Also called the Amami rabbit, the Ryukyu rabbit is found on Amami Oshima and Tokuno-shima, small islands in Ryukyu Archipelgo, south of Japan. The Japanese call this rabbit the black rabbit of Amami because of its rather dark fur. Adults measure about 18 inches in length and the tail measures about 1.4 inches. It has a long snout and unusually long claws used for digging holes for nests. Its fur is thick and woolly and dark brown on the back and reddish brown on the sides. Its eyes are small, and its ears are short.
The Ryukyu rabbit prefers dense old-growth forests and forest edges covered by pampas grass for its habitat. Diet consists of a variety of plants, acorns, bamboo sprouts, and bark from a variety of forest trees. They communicate through a clicking sound and are nocturnal, and little is known about their social behavior. They like to move around the forest by using passages in the undergrowth. Mating only occurs in November thru December. Females dig burrows and give birth to two to three hairless and blind kits in April or May.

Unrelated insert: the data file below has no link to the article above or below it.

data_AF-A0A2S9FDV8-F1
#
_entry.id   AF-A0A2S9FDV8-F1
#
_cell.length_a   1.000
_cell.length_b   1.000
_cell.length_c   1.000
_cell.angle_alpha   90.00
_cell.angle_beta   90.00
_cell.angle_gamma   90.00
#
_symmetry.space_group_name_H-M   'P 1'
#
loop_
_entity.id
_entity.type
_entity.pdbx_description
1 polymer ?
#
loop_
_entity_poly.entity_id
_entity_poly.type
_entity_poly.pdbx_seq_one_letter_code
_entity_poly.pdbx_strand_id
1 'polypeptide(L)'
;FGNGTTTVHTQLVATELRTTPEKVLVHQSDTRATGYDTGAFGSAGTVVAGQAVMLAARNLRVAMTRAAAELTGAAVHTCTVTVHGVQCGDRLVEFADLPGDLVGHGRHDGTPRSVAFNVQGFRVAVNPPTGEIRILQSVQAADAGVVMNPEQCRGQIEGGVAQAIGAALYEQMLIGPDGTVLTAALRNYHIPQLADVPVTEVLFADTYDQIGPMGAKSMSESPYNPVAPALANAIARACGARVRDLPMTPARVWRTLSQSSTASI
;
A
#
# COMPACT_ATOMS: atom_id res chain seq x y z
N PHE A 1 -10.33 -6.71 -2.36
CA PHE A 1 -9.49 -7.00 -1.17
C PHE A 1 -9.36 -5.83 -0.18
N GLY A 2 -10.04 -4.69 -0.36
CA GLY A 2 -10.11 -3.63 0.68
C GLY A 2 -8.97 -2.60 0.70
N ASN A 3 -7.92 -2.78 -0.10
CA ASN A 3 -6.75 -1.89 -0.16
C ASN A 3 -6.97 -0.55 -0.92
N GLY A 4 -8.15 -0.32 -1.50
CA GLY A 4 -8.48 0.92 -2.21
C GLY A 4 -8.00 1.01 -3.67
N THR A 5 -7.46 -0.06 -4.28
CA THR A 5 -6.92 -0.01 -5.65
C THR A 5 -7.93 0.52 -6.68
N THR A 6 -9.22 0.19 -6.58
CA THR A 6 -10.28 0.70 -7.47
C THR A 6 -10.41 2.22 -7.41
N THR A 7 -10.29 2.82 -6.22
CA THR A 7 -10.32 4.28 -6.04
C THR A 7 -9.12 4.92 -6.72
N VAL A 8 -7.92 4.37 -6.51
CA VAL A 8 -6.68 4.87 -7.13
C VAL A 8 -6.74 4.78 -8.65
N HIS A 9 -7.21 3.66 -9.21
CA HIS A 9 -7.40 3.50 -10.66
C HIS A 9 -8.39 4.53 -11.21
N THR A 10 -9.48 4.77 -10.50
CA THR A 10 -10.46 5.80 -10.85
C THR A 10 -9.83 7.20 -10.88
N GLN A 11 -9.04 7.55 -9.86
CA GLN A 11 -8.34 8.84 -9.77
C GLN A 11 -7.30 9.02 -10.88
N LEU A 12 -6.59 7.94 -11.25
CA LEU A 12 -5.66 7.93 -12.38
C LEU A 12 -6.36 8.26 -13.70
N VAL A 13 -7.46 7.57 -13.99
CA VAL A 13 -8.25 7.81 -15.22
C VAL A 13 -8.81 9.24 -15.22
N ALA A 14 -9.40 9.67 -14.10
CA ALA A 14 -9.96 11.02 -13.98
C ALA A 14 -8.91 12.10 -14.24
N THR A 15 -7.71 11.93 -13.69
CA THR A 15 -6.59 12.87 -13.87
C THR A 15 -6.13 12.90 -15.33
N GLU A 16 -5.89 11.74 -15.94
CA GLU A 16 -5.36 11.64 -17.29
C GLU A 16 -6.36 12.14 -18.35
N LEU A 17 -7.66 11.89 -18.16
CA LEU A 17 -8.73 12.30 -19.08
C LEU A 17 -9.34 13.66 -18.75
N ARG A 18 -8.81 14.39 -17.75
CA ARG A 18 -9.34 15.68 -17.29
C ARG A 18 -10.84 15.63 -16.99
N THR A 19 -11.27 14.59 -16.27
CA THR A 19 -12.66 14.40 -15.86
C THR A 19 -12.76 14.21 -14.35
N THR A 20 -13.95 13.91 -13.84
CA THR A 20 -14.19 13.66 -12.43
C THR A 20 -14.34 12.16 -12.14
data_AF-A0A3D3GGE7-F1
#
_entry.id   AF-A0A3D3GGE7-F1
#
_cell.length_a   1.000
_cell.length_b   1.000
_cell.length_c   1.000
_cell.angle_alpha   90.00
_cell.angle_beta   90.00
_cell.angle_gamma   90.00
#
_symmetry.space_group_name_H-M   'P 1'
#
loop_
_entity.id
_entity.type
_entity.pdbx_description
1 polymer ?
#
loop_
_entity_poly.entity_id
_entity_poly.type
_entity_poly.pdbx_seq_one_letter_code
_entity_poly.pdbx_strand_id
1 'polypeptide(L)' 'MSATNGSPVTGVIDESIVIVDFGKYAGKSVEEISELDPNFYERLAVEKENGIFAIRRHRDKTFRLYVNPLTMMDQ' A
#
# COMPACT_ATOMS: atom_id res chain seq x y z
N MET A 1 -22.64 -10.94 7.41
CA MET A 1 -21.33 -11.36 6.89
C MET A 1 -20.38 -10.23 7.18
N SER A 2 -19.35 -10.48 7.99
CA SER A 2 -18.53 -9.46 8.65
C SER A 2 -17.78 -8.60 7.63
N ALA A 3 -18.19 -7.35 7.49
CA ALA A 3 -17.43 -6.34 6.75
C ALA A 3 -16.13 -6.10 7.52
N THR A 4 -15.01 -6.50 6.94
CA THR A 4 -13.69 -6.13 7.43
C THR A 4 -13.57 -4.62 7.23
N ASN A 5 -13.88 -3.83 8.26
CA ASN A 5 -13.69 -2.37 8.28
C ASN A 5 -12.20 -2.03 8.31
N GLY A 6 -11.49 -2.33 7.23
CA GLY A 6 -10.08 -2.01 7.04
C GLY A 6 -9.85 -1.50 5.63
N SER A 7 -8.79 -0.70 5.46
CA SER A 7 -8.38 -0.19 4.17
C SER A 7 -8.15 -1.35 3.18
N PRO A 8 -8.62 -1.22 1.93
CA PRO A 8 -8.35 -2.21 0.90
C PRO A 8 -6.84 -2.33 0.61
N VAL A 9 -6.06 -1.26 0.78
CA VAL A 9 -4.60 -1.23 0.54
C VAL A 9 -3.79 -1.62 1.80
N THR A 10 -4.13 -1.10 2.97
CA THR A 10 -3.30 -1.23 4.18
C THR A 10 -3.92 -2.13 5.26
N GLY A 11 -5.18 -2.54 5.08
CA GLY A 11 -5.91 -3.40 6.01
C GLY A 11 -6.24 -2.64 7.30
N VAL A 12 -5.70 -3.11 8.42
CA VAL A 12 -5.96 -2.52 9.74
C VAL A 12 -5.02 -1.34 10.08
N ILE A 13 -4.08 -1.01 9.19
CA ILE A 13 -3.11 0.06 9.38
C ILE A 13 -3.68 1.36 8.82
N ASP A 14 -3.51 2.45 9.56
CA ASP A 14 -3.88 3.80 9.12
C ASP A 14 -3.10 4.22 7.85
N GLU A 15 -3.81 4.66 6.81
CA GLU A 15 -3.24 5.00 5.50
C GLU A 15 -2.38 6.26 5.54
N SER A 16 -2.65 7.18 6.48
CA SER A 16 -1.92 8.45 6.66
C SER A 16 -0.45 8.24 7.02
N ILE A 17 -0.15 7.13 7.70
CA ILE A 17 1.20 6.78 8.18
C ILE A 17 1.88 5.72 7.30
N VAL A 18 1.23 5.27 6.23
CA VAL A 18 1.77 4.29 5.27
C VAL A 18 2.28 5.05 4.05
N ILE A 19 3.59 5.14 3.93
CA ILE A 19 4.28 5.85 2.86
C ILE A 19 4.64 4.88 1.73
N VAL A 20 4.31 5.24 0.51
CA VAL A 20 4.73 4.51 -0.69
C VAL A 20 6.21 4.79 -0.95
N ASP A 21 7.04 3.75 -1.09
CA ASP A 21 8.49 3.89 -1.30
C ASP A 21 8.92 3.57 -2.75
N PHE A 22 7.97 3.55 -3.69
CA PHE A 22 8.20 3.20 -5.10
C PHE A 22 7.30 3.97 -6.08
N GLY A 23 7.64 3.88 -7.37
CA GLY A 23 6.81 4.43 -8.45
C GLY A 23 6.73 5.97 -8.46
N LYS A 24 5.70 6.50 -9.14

There is only a small and isolated population of Ryukyu rabbits and the main threat to the species is loss of habitat and predation by introduced species such as feral dogs, feral cats, and mongooses. In the past the species was hunted for its medicinal value, but it is now legally protected.
More Links about the Ryukyu Rabbit:
Reference Links:Ryukyu Rabbit - Wikipedia
Ryukyu Rabbit Facts Last Updated:
January 1, 2006
To Cite This Page:
Glenn, C. R. 2006. "Earth's Endangered Creatures - Ryukyu Rabbit Facts" (Online).
Accessed 4/26/2017 at http://earthsendangered.com/profile.asp?sp=388&ID=3.
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